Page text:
One of the complaints I’ve seen lodged against the Consumer Electronics Show (CES) is that it is always onto the "next big thing," often with iterative and unfinished products, never fully realizing their vision. Whereas tablets were the focus of a number of keynotes last year (when the PC market tried to beat the IPad before it hit the market), much of the talk this year has centered around the idea of "Always On" content that happens in a world "After the Computer."
Over at GEARFUSE, John Brownlee states the problem from a journalist’s perspective, but it affects all of us who use consumer electronics: “It’s a shame. I wish that the hundreds of talented tech journalists who converge upon CES every year could pass onto their reader a coherent vision of the landscape of the next year in tech, but who can blame them for not being able to do that when even the people making these gadgets can’t answer as simple a question as why their device matters?”
This is especially the case when so many of these devices operate in a wholly digital ecosystem. To a lot of people, they do not matter. While the digital media ecosystem is growing, it leaves many people behind, cut off from those who have moved on. This digital divide is common, and at least in library circles, it will be addressed by teaching the second-level literacy skills of “Transliteracy,” first defined by Sue Thomas as “…the ability to read, write and interact across a range of platforms, tools and media from signing and orality through handwriting, print, TV, radio and film, to digital social networks.”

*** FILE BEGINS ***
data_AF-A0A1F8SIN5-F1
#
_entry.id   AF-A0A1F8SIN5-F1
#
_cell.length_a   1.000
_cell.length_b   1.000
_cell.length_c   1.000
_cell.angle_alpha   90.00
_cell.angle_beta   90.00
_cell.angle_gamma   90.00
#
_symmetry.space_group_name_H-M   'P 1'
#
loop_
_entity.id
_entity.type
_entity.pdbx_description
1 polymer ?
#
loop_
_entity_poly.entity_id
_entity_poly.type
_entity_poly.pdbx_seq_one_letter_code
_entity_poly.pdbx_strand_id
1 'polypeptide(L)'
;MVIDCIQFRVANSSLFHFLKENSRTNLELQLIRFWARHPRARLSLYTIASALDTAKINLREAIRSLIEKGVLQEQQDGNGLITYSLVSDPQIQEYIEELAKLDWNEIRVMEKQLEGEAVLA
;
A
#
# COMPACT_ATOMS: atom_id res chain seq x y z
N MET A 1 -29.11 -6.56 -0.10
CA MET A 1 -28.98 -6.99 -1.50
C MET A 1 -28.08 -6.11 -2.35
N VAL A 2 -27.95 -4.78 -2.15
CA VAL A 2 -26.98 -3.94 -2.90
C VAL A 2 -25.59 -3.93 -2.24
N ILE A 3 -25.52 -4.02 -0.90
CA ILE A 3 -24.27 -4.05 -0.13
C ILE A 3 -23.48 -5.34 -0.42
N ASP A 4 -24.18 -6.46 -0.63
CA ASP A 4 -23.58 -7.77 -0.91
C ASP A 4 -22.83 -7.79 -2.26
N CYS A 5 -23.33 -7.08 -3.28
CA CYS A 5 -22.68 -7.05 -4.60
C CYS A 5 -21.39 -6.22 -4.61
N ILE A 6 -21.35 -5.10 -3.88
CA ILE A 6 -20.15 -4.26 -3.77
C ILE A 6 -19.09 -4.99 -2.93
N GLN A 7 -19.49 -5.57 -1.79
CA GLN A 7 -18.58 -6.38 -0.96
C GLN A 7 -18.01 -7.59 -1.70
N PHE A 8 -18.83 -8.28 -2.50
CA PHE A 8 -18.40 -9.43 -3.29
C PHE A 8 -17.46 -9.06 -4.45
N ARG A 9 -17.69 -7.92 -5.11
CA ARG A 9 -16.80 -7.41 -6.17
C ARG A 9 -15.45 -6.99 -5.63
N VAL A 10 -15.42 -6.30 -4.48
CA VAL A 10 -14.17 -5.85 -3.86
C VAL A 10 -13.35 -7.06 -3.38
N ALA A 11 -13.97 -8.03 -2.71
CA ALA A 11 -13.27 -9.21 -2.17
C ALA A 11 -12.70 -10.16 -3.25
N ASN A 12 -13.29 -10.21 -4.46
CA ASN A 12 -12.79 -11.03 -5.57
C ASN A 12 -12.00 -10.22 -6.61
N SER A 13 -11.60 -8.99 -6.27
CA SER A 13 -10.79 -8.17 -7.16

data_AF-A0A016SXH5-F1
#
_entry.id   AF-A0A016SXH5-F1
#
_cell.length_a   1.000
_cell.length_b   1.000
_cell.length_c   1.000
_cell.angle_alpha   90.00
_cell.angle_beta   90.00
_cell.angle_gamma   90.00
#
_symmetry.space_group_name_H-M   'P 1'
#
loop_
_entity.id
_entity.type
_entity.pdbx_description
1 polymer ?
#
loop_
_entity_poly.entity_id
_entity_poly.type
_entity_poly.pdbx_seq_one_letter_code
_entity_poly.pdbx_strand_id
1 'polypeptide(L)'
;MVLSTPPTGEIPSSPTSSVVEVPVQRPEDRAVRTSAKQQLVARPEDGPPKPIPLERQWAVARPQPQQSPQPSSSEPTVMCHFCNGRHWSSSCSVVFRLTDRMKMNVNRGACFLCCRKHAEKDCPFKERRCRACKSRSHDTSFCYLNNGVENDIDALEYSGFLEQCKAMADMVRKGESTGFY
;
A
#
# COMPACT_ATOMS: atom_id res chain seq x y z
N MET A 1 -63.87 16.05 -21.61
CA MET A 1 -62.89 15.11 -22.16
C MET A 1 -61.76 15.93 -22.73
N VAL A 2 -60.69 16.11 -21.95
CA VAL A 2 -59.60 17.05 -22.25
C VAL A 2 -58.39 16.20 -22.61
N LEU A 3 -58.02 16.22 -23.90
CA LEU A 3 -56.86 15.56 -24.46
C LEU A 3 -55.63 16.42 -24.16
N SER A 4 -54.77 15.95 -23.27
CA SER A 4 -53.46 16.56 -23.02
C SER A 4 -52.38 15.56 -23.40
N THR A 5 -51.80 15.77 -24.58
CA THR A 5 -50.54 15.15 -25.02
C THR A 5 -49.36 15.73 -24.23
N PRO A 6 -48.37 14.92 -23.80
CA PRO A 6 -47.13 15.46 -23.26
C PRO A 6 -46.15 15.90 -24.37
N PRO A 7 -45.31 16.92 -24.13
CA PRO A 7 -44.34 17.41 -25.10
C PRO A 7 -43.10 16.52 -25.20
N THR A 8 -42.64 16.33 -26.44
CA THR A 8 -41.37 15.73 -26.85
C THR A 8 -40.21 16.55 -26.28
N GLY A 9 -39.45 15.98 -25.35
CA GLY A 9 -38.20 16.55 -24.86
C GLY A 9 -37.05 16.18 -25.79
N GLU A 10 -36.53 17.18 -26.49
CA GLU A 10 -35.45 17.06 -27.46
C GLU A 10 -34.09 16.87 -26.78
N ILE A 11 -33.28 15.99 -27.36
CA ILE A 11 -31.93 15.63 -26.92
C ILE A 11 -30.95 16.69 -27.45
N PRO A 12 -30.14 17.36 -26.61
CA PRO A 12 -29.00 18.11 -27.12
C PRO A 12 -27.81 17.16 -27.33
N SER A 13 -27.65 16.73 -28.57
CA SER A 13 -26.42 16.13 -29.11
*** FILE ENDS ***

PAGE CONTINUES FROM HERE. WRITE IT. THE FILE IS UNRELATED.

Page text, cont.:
Far, far away from the glitz of Las Vegas, at the 2010 Saint Étienne International Design Biennial, “(a)ll objects, images, and services exhibited to the visitors may either question serious issues or show unexpected visions.” To that end, designer John Kestner has created a bespoke piece of technology, without minute iterations, that attempts to solve the digital divide in an elegant and personalway. While it does not address the underlying need for transliteracy, it meets the intended user more than halfway into their comfort zone, something which the Busybacksons at CES seem unable to do, as the process of iteration lacks any vision outside of minute technological evolution for mass production. It also is part of the “After the Computer” worldview, it does not look like a computer, it only has two functions, and it is “always on.” But it is much closer in feel to the non-digital world, where “always on” has little meaning. Even if it is for one person, it is suprising to see how simply one can answer the question: why does this device matter?